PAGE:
The Department of Health has issued guidance on the creation of patient data ‘safe havens’ that will govern access to confidential data held by Health and Social Care Information Centre.

The guidance, entitled ‘Protecting Health and Care Information’, sets out the department’s proposals to allow organisations to set up accredited safe havens that will have access to identifiable patient data, held by the HSCIC.

The DH says that, when enacted, the new measures should strengthen safeguards on patient data. The guidance says that any safe haven will have to be accredited by the health secretary and that only the minimum “necessary level of identifiable information” will be used.

“Our vision is that ASHs will provide a secure environment within which data that could potentially identify individuals can be lawfully processed for a limited range of approved purposes, under controls that minimise reliance upon identifiable data and constrain how the data is processed in the ASH,” the guidance says.

The government says it would expect the majority of non-research organisations that are currently processing data under temporary controls, such as section 251 of the Health and Social Care Act, to apply to become an ASH.  

Section 251 currently allows some identifiable data sets to flow from HSCIC to commissioning support units and clinical commissioning groups.

“Bodies seeking to become an ASH will have to be sponsored by the DH or NHS England,” the guidance says, and adds that the health secretary will approve their ASH status “on the advice of the HSCIC.”

The current s251 exemption expires in October this year, and EHI reported last week that NHS England has applied for an extension to April 2015.

All commissioning support units and some clinical commissioning groups have expressed an interest in becoming an ASH and have said that they cannot carry out essential work such as risk ratification without being able to process patient data.

However, Dame Fiona Caldicott’s second review of information governance said that non-identifiable information should be used.

The government’s proposal says it will require an ASH to remove any information that could identify the person it relates to “as far as it is practical to do so”, and the organisation will have to provide evidence of the steps taken towards anonymising the data.

It says that as new technology becomes available, the need for identifiable data should be reduced and that it will expect ASHs to implement technology to “reduce or eliminate the need for those working in the ASH to handle identifiable information.”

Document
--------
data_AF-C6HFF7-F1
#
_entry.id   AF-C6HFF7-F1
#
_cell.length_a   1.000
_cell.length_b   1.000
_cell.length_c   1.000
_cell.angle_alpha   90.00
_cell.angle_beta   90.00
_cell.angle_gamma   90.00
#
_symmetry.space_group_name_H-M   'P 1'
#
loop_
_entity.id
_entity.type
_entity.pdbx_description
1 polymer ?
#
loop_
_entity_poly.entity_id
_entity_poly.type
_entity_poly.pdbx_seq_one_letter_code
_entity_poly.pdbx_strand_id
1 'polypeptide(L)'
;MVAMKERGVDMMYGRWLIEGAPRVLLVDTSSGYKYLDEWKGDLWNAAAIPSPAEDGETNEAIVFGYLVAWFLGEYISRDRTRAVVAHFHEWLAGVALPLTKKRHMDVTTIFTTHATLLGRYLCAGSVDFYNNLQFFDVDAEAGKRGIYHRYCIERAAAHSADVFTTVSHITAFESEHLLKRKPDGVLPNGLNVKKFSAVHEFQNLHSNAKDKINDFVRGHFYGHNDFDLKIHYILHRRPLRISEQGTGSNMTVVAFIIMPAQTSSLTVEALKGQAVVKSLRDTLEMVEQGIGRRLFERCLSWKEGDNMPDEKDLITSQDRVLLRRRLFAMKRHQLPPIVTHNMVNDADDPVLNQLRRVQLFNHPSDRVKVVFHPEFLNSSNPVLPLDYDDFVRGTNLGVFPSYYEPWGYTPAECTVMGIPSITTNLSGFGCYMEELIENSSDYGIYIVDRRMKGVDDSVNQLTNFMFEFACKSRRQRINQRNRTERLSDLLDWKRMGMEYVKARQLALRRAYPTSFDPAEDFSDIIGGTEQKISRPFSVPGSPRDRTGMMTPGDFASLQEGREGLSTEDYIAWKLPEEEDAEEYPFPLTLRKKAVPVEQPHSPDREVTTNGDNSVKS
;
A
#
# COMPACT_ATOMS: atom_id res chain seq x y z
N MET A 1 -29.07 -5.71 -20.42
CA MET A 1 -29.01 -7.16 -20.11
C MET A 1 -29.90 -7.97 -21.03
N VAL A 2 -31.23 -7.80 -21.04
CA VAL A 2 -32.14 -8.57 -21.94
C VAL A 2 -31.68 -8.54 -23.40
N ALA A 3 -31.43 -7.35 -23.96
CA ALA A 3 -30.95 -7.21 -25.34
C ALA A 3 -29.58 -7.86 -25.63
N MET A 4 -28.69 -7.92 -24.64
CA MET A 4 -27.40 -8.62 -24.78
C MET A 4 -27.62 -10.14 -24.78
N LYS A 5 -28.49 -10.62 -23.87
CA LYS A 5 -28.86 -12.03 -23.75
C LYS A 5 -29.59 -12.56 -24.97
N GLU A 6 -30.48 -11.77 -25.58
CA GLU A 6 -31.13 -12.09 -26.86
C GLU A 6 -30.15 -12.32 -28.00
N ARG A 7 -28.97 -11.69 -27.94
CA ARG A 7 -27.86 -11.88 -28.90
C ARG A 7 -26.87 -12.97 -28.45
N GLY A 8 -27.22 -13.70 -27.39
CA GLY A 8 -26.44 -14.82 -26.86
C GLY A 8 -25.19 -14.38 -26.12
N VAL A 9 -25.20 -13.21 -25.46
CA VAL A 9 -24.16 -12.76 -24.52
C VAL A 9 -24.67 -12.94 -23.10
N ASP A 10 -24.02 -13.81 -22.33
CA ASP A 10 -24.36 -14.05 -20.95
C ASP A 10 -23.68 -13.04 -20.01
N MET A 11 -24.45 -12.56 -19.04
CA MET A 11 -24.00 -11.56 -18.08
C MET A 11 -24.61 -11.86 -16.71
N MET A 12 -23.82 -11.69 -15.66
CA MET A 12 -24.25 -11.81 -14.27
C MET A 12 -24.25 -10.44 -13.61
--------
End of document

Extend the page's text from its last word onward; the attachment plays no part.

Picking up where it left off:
Privacy campaigners have argued that there is scope for potential misuse of the information and that by linking datasets that would not in themselves contain identifiable data, re-identification could occur.

“Information which does not itself identify individuals could potentially be linked with other information and used to identify individuals by a motivated person,” says the guidance. “The proposed regulations would require HSCIC or an ASH to limit disclosure of potentially identifiable information.”

It adds that the regulations would include controls to ensure that those receiving the information will not be able to use it to re-identify individuals.

If a recipient of data does this, it is a breach of the Data Protection Act and this could allow the Information Commissioner to impose a fine of up to £500,000.

The guidance says that the ASHs will have to review their needs to process confidential patient data yearly and report any incidents of loss of data or information governance breaches to the HSCIC through an online reporting tool.

In December last year, the HSCIC proposed that ASHs would be subject to significant fines if they breach their requirements for handling patient data. The DH guidance says that providers will be liable for a civil penalty not exceeding £5000 if they do not comply with the appropriate safeguards and rules.

The consultation will run until 8 August and organisations can respond to it here